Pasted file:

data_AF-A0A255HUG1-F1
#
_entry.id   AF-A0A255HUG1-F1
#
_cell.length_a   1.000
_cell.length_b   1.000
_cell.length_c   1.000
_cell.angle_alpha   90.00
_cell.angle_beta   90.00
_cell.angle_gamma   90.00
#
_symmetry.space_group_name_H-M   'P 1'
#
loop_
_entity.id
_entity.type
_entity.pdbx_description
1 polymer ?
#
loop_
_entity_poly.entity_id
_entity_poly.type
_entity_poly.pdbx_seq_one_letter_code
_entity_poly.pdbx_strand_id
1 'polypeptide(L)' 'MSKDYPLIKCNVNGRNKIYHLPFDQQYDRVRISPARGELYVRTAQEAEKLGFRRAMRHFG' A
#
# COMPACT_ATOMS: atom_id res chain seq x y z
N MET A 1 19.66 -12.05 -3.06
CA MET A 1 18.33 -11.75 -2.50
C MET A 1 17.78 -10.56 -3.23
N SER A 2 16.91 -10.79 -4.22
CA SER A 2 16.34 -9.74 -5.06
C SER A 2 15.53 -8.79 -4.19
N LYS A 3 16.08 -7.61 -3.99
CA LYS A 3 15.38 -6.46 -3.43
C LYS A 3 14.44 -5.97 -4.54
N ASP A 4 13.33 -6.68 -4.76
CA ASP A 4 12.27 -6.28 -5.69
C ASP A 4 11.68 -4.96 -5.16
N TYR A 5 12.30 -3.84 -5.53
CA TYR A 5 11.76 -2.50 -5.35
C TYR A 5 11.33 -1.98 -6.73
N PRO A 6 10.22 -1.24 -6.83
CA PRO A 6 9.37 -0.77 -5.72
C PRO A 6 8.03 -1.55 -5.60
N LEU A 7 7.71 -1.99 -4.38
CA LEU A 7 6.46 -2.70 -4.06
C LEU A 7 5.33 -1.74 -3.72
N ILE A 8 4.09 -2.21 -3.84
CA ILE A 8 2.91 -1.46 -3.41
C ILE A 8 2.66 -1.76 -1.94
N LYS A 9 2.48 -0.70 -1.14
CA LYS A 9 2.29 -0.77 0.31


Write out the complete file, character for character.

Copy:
data_AF-A0A255HUG1-F1
#
_entry.id   AF-A0A255HUG1-F1
#
_cell.length_a   1.000
_cell.length_b   1.000
_cell.length_c   1.000
_cell.angle_alpha   90.00
_cell.angle_beta   90.00
_cell.angle_gamma   90.00
#
_symmetry.space_group_name_H-M   'P 1'
#
loop_
_entity.id
_entity.type
_entity.pdbx_description
1 polymer ?
#
loop_
_entity_poly.entity_id
_entity_poly.type
_entity_poly.pdbx_seq_one_letter_code
_entity_poly.pdbx_strand_id
1 'polypeptide(L)' 'MSKDYPLIKCNVNGRNKIYHLPFDQQYDRVRISPARGELYVRTAQEAEKLGFRRAMRHFG' A
#
# COMPACT_ATOMS: atom_id res chain seq x y z
N MET A 1 19.66 -12.05 -3.06
CA MET A 1 18.33 -11.75 -2.50
C MET A 1 17.78 -10.56 -3.23
N SER A 2 16.91 -10.79 -4.22
CA SER A 2 16.34 -9.74 -5.06
C SER A 2 15.53 -8.79 -4.19
N LYS A 3 16.08 -7.61 -3.99
CA LYS A 3 15.38 -6.46 -3.43
C LYS A 3 14.44 -5.97 -4.54
N ASP A 4 13.33 -6.68 -4.76
CA ASP A 4 12.27 -6.28 -5.69
C ASP A 4 11.68 -4.96 -5.16
N TYR A 5 12.30 -3.84 -5.53
CA TYR A 5 11.76 -2.50 -5.35
C TYR A 5 11.33 -1.98 -6.73
N PRO A 6 10.22 -1.24 -6.83
CA PRO A 6 9.37 -0.77 -5.72
C PRO A 6 8.03 -1.55 -5.60
N LEU A 7 7.71 -1.99 -4.38
CA LEU A 7 6.46 -2.70 -4.06
C LEU A 7 5.33 -1.74 -3.72
N ILE A 8 4.09 -2.21 -3.84
CA ILE A 8 2.91 -1.46 -3.41
C ILE A 8 2.66 -1.76 -1.94
N LYS A 9 2.48 -0.70 -1.14
CA LYS A 9 2.29 -0.77 0.31